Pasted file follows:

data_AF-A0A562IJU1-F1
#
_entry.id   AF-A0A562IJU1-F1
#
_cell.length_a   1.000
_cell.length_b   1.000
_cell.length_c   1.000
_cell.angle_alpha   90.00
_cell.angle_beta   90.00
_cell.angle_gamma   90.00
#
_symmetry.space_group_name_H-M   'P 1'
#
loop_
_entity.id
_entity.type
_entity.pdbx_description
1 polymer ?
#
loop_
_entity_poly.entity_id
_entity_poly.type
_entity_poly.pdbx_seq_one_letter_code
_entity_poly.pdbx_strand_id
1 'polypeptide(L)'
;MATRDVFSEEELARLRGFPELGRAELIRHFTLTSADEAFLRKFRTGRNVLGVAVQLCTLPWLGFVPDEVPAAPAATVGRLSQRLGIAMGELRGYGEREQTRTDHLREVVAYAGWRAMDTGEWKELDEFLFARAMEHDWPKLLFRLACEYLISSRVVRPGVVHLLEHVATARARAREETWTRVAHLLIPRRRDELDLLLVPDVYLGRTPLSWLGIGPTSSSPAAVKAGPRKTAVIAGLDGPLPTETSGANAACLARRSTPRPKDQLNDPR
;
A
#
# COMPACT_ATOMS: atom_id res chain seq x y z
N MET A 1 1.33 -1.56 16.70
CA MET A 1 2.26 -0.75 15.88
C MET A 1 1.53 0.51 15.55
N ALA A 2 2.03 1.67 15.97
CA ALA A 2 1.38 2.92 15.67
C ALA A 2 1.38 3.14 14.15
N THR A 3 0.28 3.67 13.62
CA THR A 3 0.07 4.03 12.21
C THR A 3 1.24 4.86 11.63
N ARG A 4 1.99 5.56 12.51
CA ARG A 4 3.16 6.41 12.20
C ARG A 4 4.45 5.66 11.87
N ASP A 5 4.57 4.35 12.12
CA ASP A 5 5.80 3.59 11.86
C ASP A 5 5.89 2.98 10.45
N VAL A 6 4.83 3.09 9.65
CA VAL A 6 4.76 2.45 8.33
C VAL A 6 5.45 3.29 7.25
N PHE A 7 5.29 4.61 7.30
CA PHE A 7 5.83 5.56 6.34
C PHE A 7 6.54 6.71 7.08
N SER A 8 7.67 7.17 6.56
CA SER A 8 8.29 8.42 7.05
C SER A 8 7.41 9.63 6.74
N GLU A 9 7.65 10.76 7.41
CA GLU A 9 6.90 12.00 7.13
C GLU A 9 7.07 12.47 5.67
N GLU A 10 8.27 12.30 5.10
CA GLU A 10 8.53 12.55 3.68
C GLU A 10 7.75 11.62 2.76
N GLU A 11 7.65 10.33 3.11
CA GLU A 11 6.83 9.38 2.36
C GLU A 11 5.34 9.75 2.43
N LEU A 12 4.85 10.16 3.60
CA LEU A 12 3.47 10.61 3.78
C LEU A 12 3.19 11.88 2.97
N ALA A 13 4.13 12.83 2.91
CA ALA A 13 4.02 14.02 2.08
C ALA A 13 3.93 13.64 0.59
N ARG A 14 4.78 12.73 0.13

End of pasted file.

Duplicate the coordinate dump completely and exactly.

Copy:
data_AF-A0A562IJU1-F1
#
_entry.id   AF-A0A562IJU1-F1
#
_cell.length_a   1.000
_cell.length_b   1.000
_cell.length_c   1.000
_cell.angle_alpha   90.00
_cell.angle_beta   90.00
_cell.angle_gamma   90.00
#
_symmetry.space_group_name_H-M   'P 1'
#
loop_
_entity.id
_entity.type
_entity.pdbx_description
1 polymer ?
#
loop_
_entity_poly.entity_id
_entity_poly.type
_entity_poly.pdbx_seq_one_letter_code
_entity_poly.pdbx_strand_id
1 'polypeptide(L)'
;MATRDVFSEEELARLRGFPELGRAELIRHFTLTSADEAFLRKFRTGRNVLGVAVQLCTLPWLGFVPDEVPAAPAATVGRLSQRLGIAMGELRGYGEREQTRTDHLREVVAYAGWRAMDTGEWKELDEFLFARAMEHDWPKLLFRLACEYLISSRVVRPGVVHLLEHVATARARAREETWTRVAHLLIPRRRDELDLLLVPDVYLGRTPLSWLGIGPTSSSPAAVKAGPRKTAVIAGLDGPLPTETSGANAACLARRSTPRPKDQLNDPR
;
A
#
# COMPACT_ATOMS: atom_id res chain seq x y z
N MET A 1 1.33 -1.56 16.70
CA MET A 1 2.26 -0.75 15.88
C MET A 1 1.53 0.51 15.55
N ALA A 2 2.03 1.67 15.97
CA ALA A 2 1.38 2.92 15.67
C ALA A 2 1.38 3.14 14.15
N THR A 3 0.28 3.67 13.62
CA THR A 3 0.07 4.03 12.21
C THR A 3 1.24 4.86 11.63
N ARG A 4 1.99 5.56 12.51
CA ARG A 4 3.16 6.41 12.20
C ARG A 4 4.45 5.66 11.87
N ASP A 5 4.57 4.35 12.12
CA ASP A 5 5.80 3.59 11.86
C ASP A 5 5.89 2.98 10.45
N VAL A 6 4.83 3.09 9.65
CA VAL A 6 4.76 2.45 8.33
C VAL A 6 5.45 3.29 7.25
N PHE A 7 5.29 4.61 7.30
CA PHE A 7 5.83 5.56 6.34
C PHE A 7 6.54 6.71 7.08
N SER A 8 7.67 7.17 6.56
CA SER A 8 8.29 8.42 7.05
C SER A 8 7.41 9.63 6.74
N GLU A 9 7.65 10.76 7.41
CA GLU A 9 6.90 12.00 7.13
C GLU A 9 7.07 12.47 5.67
N GLU A 10 8.27 12.30 5.10
CA GLU A 10 8.53 12.55 3.68
C GLU A 10 7.75 11.62 2.76
N GLU A 11 7.65 10.33 3.11
CA GLU A 11 6.83 9.38 2.36
C GLU A 11 5.34 9.75 2.43
N LEU A 12 4.85 10.16 3.60
CA LEU A 12 3.47 10.61 3.78
C LEU A 12 3.19 11.88 2.97
N ALA A 13 4.13 12.83 2.91
CA ALA A 13 4.02 14.02 2.08
C ALA A 13 3.93 13.64 0.59
N ARG A 14 4.78 12.73 0.13